Prognosis

Poor prognostic factors

Prognostic factors associated with a poor outcome (intensive care unit admission or death) include advanced age and the presence of comorbidities such as diabetes mellitus, hepatitis B infection, and heart disease.[11][24][25][78][79]

An increased LDH level, elevated CRP, and high neutrophil count on presentation[24][78] as well as low counts of CD4 and CD8 lymphocytes[80] are also associated with an independent increased risk of death.

Morbidity and mortality

Clinical deterioration requiring intubation and mechanical ventilation occurs at a median of 8 days after the onset of symptoms.[1] Death is most often attributed to sepsis, ARDS, and multiple organ failure.[81]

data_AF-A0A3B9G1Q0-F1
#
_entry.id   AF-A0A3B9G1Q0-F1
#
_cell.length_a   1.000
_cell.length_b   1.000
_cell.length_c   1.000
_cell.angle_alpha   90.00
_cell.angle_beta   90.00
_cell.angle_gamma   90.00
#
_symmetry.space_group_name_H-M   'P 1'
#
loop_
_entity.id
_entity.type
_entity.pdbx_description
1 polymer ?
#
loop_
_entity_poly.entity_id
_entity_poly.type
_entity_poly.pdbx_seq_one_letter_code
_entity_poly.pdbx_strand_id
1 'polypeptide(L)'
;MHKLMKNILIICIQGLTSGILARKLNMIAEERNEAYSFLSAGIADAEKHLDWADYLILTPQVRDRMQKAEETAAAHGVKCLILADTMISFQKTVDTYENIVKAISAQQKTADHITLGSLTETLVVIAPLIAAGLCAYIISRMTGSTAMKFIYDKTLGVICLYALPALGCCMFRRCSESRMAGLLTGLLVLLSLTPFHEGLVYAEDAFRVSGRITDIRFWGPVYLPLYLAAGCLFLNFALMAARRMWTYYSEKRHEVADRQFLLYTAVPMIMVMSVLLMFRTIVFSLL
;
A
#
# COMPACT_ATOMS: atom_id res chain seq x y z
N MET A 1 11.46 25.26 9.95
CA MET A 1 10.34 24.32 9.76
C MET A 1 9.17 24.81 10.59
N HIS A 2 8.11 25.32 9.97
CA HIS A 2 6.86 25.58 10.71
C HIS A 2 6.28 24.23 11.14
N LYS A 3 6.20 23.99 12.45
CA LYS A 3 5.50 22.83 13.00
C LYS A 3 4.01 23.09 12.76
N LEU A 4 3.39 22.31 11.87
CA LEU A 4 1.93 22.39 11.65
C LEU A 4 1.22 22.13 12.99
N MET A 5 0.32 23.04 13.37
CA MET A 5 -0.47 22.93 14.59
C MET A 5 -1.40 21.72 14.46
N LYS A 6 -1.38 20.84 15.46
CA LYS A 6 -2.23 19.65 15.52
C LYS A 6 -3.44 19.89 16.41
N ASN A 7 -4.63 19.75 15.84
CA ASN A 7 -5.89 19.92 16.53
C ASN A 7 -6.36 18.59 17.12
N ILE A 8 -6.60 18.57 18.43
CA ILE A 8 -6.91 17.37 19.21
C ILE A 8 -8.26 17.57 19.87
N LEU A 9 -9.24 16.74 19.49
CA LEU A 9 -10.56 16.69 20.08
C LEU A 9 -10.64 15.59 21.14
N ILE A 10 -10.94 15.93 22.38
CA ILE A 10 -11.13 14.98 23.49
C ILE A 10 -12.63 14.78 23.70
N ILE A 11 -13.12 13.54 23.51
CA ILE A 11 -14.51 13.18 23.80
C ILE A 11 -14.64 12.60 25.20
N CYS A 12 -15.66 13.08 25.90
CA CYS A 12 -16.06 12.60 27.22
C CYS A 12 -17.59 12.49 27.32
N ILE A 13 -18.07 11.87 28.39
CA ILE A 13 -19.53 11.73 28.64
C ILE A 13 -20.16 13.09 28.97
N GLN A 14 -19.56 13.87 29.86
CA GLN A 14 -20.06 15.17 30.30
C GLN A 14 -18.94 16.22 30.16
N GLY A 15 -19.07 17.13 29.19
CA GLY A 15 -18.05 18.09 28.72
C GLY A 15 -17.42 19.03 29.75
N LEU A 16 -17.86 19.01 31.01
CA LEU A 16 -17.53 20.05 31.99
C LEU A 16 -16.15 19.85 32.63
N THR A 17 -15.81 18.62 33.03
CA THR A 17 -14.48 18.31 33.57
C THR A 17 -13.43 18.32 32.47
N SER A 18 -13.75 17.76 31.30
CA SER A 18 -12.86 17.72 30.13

The case-fatality rate during the 2003 SARS outbreak was 9.6% and ranged between 0% and 40%.[2] The mortality rate in patients over 65 years of age exceeds 50%.

A residual decrease in lung function and persistent radiologic abnormalities, as well as prolonged psychological sequelae and muscle weakness, are frequently observed in the survivors of SARS, although these tend to improve over time.[82]

Children (<12 years of age)

Children have a milder and shorter clinical course resembling that of the common cold.[37][83][84] Prognosis is thus more favorable than in adults, and no death has been reported in young children infected by SARS coronavirus.

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